Chemistry: A Project of the American Chemical Society

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W.H. Freeman, 2005 - Science - 858 pages
2 Reviews
The American Chemical Society has launched an activities-based, student-centered approach to the general chemistry course, a textbook covering all the traditional general chemistry topics but arranged in a molecular context appropriate for biology, environmental and engineering students. Written by a team of industry chemists and educators and thoroughly class-tested, Chemistry combines cooperative learning strategies and active learning techniques with a powerful media/supplements package to create an effective introductory text.

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The book is an unorganized mass of nonsense. They ask you to do impossible experiments; it seems they expect the average high school student to have access to random chemicals. If you don't do the experiment half of the chapter doesn't make any sense. They 'explain' by example, but the examples are always needlessly convoluted and confusing. The questions in the back of the book cannot be answered just from knowledge gained in the chapter, instead one must spend hours online before finding an answer. The organization of this book is frankly backwards, who the hell starts with Lewis diagrams. There isn't even a section about nomenclature, which is something every chemistry class spends a considerable amount of time on. The explanations of definitions are poorly written at best and incomprehensible at worst. In summary, this book is quite possibly the worst book to use in any chemistry class and all copies should be burned immediately.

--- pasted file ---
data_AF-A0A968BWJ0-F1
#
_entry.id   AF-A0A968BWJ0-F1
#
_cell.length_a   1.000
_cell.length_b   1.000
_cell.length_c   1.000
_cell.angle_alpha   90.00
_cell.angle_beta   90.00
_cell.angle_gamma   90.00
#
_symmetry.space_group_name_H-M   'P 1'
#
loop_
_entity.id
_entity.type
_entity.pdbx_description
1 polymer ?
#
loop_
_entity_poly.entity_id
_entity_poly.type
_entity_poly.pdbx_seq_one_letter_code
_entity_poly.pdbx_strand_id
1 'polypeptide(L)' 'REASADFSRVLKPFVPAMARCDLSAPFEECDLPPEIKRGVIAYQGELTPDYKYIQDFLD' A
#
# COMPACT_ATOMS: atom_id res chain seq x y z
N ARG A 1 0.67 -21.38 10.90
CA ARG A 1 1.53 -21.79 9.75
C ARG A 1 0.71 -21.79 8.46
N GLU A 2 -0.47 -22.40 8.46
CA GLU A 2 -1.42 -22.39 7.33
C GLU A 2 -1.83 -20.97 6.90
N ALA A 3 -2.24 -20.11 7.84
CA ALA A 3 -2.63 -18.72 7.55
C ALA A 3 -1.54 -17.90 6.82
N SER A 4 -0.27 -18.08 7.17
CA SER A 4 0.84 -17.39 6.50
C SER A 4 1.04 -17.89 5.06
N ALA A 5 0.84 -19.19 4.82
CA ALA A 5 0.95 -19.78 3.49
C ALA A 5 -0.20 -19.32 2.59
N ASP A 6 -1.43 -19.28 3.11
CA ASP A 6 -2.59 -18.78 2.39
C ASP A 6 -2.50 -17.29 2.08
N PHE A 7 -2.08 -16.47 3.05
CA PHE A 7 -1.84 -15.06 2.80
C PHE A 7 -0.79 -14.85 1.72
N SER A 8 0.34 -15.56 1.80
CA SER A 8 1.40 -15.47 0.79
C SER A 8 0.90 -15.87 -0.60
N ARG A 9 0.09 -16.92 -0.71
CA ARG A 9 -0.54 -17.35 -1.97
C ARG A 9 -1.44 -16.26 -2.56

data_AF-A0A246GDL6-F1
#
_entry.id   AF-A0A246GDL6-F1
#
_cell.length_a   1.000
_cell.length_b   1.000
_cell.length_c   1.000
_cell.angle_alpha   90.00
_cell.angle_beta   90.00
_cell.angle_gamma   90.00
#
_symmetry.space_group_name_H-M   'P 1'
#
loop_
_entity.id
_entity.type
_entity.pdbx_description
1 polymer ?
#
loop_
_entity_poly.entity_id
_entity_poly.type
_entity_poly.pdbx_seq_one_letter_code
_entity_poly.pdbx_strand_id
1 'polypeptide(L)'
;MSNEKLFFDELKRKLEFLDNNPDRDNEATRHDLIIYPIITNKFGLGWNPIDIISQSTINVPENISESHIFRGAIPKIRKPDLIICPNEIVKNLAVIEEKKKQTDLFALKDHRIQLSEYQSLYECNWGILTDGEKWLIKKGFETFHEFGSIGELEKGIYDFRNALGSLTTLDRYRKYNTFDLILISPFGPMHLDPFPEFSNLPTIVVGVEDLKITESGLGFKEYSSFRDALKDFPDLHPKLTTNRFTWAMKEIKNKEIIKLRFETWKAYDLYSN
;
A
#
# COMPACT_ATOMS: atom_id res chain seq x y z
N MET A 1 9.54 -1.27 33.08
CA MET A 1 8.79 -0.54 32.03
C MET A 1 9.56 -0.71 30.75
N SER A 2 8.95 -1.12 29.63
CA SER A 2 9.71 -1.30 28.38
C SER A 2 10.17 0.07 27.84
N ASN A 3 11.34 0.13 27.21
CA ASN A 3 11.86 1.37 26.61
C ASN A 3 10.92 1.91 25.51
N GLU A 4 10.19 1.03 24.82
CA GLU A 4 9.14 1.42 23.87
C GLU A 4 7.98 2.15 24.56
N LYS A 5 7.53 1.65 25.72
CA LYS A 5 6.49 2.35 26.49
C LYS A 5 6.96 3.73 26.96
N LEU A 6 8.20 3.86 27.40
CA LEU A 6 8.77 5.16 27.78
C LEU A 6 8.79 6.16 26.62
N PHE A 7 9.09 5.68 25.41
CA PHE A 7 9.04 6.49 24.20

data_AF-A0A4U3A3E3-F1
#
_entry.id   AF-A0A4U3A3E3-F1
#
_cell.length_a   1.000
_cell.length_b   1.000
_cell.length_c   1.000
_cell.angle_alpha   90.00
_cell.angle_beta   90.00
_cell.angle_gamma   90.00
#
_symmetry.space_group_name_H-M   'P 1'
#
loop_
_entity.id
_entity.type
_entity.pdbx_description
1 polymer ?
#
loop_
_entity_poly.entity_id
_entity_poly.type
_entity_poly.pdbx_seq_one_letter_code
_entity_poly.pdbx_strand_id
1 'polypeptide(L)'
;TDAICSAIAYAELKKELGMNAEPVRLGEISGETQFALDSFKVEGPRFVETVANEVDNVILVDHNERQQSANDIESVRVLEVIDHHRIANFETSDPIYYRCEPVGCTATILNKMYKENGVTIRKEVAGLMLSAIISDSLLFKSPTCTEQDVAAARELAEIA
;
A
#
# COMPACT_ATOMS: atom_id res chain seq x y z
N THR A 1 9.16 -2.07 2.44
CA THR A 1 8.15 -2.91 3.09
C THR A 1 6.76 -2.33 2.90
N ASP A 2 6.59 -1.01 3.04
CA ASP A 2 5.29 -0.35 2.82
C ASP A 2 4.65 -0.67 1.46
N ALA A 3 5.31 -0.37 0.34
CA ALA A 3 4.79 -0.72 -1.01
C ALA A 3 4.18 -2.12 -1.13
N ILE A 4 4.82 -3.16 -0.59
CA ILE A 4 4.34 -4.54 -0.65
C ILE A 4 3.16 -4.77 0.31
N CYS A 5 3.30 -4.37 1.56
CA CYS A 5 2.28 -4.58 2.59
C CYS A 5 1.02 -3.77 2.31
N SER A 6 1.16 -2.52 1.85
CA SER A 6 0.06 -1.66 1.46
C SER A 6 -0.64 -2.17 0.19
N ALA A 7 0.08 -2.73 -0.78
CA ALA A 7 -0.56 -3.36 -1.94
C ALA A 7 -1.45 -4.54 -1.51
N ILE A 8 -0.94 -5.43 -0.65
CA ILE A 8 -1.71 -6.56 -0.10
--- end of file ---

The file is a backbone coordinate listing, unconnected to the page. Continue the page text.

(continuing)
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this is the worst fucking text book i have ever had to deal with. there is so much extra crap in here i do not need to read. im the in 10th grade! you should be ashamed who ever wrote this

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